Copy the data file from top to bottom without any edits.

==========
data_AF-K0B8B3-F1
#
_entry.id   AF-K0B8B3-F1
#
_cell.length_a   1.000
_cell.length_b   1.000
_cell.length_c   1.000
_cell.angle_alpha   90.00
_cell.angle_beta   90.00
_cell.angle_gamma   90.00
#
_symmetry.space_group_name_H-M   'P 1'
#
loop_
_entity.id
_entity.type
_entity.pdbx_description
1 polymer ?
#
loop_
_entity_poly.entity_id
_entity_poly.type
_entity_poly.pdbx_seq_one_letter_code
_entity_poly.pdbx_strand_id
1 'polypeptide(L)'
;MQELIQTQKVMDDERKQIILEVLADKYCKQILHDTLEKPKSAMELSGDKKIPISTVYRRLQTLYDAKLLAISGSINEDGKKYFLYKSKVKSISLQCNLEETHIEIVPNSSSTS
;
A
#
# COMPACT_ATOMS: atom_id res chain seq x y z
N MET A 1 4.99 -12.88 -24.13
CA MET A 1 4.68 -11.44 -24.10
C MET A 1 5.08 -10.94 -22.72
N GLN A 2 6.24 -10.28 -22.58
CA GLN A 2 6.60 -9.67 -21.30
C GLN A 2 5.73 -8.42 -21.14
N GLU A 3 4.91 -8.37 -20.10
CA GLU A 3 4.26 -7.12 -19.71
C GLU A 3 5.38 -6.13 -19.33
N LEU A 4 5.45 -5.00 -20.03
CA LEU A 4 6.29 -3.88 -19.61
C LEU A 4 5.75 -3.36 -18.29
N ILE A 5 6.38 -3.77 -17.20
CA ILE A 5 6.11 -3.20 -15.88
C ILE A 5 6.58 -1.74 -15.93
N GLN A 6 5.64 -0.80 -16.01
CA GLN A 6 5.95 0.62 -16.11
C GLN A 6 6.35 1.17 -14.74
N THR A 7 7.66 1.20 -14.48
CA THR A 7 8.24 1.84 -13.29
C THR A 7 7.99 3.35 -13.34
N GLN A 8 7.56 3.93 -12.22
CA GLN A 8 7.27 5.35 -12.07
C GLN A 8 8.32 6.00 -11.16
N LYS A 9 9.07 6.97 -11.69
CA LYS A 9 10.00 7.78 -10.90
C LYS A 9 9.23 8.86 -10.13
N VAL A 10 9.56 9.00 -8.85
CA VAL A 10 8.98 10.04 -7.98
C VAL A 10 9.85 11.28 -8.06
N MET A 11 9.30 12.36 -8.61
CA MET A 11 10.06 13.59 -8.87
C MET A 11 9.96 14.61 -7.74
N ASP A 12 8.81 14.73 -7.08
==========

data_AF-K0B8B3-F1
#
_entry.id   AF-K0B8B3-F1
#
_cell.length_a   1.000
_cell.length_b   1.000
_cell.length_c   1.000
_cell.angle_alpha   90.00
_cell.angle_beta   90.00
_cell.angle_gamma   90.00
#
_symmetry.space_group_name_H-M   'P 1'
#
loop_
_entity.id
_entity.type
_entity.pdbx_description
1 polymer ?
#
loop_
_entity_poly.entity_id
_entity_poly.type
_entity_poly.pdbx_seq_one_letter_code
_entity_poly.pdbx_strand_id
1 'polypeptide(L)'
;MQELIQTQKVMDDERKQIILEVLADKYCKQILHDTLEKPKSAMELSGDKKIPISTVYRRLQTLYDAKLLAISGSINEDGKKYFLYKSKVKSISLQCNLEETHIEIVPNSSSTS
;
A
#
# COMPACT_ATOMS: atom_id res chain seq x y z
N MET A 1 4.99 -12.88 -24.13
CA MET A 1 4.68 -11.44 -24.10
C MET A 1 5.08 -10.94 -22.72
N GLN A 2 6.24 -10.28 -22.58
CA GLN A 2 6.60 -9.67 -21.30
C GLN A 2 5.73 -8.42 -21.14
N GLU A 3 4.91 -8.37 -20.10
CA GLU A 3 4.26 -7.12 -19.71
C GLU A 3 5.38 -6.13 -19.33
N LEU A 4 5.45 -5.00 -20.03
CA LEU A 4 6.29 -3.88 -19.61
C LEU A 4 5.75 -3.36 -18.29
N ILE A 5 6.38 -3.77 -17.20
CA ILE A 5 6.11 -3.20 -15.88
C ILE A 5 6.58 -1.74 -15.93
N GLN A 6 5.64 -0.80 -16.01
CA GLN A 6 5.95 0.62 -16.11
C GLN A 6 6.35 1.17 -14.74
N THR A 7 7.66 1.20 -14.48
CA THR A 7 8.24 1.84 -13.29
C THR A 7 7.99 3.35 -13.34
N GLN A 8 7.56 3.93 -12.22
CA GLN A 8 7.27 5.35 -12.07
C GLN A 8 8.32 6.00 -11.16
N LYS A 9 9.07 6.97 -11.69
CA LYS A 9 10.00 7.78 -10.90
C LYS A 9 9.23 8.86 -10.13
N VAL A 10 9.56 9.00 -8.85
CA VAL A 10 8.98 10.04 -7.98
C VAL A 10 9.85 11.28 -8.06
N MET A 11 9.30 12.36 -8.61
CA MET A 11 10.06 13.59 -8.87
C MET A 11 9.96 14.61 -7.74
N ASP A 12 8.81 14.73 -7.08